Chronic obstructive pulmonary disease - control drugs; Bronchodilators - COPD - control drugs; Beta agonist inhaler - COPD - control drugs; Anticholinergic inhaler - COPD - control drugs; Long-acting inhaler - COPD - control drugs; ...
Toraldo, Domenico Maurizio; De Nuccio, Francesco; Gaballo, Annarita; Nicolardi, Giuseppe
Background Significant heterogeneity of clinical presentation and disease progression exists within chronic obstructive pulmonary disease (COPD). Although forced expiratory volume in 1 second (FEV1) inadequately describes this heterogeneity, a clear alternative has not emerged. This article discusses and refines the concept of phenotyping desaturators in COPD and shows a possible pattern which could be used as a framework for future research. Recent findings COPD is a complex condition with pulmonary and extrapulmonary manifestations. We suggest that COPD phenotypes should be associated with clinically meaningful outcomes. The innovation of COPD phenotyping is defined as COPD desaturators. Sleep-related hypoxemia and hypercapnia are well recognized in COPD and the development of systemic inflammation during sleep. These sleep-related changes predispose to nocturnal cardiac arrhythmias, pulmonary hypertension, and possibly death, particularly during acute exacerbations. Conclusion A more focused definition makes possible a classification of patients into two distinct subgroups for both clinical and research purposes. Establishing a common language for future research will facilitate our understanding and management of such diseases. Even if different treatment strategies have different outcomes for these groups, we will have confirmation, or otherwise, of the clinical value of cluster analysis. This knowledge could lead to pharmacological treatment and other interventions directed to specific phenotypic groups. PMID:22135488
Lung VITAL: Rationale, design, and baseline characteristics of an ancillary study evaluating the effects of vitamin D and/or marine omega-3 fatty acid supplements on acute exacerbations of chronic respiratory disease, asthma control, pneumonia and lung function in adults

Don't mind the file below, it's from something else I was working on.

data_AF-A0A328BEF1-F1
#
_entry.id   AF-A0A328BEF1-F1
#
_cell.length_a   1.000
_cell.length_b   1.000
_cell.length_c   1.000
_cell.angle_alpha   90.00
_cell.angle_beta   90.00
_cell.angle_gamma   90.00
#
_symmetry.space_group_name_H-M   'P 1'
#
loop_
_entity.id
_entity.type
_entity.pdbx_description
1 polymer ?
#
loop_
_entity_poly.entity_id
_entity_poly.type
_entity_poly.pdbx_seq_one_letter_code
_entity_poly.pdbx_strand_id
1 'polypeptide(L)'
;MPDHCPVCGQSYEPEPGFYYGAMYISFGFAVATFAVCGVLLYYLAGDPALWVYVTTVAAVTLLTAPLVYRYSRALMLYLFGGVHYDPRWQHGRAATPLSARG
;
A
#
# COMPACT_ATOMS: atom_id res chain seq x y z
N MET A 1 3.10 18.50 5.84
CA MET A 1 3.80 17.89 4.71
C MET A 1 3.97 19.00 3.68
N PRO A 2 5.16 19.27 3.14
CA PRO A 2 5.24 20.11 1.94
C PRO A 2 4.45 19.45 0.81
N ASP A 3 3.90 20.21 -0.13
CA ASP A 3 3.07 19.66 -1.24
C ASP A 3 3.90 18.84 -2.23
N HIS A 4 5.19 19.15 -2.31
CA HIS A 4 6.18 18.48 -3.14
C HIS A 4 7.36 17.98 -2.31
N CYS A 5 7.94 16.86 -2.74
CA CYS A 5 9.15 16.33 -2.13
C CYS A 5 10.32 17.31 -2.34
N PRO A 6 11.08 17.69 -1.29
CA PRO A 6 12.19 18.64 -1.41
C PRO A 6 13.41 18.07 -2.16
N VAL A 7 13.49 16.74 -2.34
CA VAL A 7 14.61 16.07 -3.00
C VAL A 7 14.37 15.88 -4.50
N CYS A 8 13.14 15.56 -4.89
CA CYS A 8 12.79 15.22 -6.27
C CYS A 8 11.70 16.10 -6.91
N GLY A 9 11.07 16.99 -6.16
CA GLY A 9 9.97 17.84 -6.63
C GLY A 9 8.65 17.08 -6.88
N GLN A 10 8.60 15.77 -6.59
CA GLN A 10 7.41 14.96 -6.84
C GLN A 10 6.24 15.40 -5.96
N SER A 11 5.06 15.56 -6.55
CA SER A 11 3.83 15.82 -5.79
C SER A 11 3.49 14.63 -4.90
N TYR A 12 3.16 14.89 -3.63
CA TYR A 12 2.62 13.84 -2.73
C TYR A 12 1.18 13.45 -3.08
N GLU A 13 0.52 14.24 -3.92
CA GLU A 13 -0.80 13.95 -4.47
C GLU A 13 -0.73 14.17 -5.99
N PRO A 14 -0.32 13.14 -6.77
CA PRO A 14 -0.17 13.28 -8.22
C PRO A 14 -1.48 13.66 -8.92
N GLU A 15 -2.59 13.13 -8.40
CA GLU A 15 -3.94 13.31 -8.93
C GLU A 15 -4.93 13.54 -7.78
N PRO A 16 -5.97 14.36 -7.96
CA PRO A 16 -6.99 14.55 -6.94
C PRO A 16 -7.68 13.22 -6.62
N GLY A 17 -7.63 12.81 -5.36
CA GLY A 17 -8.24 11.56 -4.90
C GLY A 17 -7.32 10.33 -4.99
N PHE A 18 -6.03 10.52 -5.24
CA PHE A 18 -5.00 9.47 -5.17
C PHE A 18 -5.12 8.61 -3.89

Gold, Diane R; Litonjua, Augusto A.; Carey, Vincent J.; Manson, JoAnn E.; Buring, Julie E; Lee, I-Min; Gordon, David; Walter, Joseph; Friedenberg, Georgina; Hankinson, John L; Copeland, Trisha; Luttmann-Gibson, Heike
Laboratory and observational research studies suggest that vitamin D and marine omega-3 fatty acids may reduce risk for pneumonia, acute exacerbations of respiratory diseases including chronic obstructive lung disease (COPD) or asthma, and decline of lung function, but prevention trials with adequate dosing, adequate power, and adequate time to follow-up are lacking. The ongoing Lung VITAL study is taking advantage of a large clinical trial—the VITamin D and OmegA-3 TriaL (VITAL)—to conduct the first major evaluation of the influences of vitamin D and marine omega-3 fatty acid supplementation on pneumonia risk, respiratory exacerbation episodes, asthma control and lung function in adults. VITAL is a 5-year U.S.-wide randomized, double-blind, placebo-controlled, 2×2 factorial trial of supplementation with vitamin D3 ([cholecalciferol], 2000 IU/day) and marine omega-3 FA (Omacor® fish oil, eicosapentaenoic acid [EPA] +docosahexaenoic acid [DHA], 1 g/day) for primary prevention of CVD and cancer among men and women, at baseline aged ≥50 and ≥55, respectively, with 5107 African Americans. In a subset of 1973 participants from 11 urban U.S. centers, lung function is measured before and two years after randomization. Yearly follow-up questionnaires assess incident pneumonia in the entire randomized population, and exacerbations of respiratory disease, asthma control and dyspnea in a subpopulation of 4314 randomized participants enriched, as shown in presentation of baseline characteristics, for respiratory disease, respiratory symptoms, and history of cigarette smoking. Self-reported pneumonia hospitalization will be confirmed by medical record review, and exacerbations will be confirmed by Center for Medicare and Medicaid Services data review. PMID:26784651
Lung VITAL: Rationale, design, and baseline characteristics of an ancillary study evaluating the effects of vitamin D and/or marine omega-3 fatty acid supplements on acute exacerbations of chronic respiratory disease, asthma control, pneumonia and lung function in adults.
Gold, Diane R; Litonjua, Augusto A; Carey, Vincent J; Manson, JoAnn E; Buring, Julie E; Lee, I-Min; Gordon, David; Walter, Joseph; Friedenberg, Georgina; Hankinson, John L; Copeland, Trisha; Luttmann-Gibson, Heike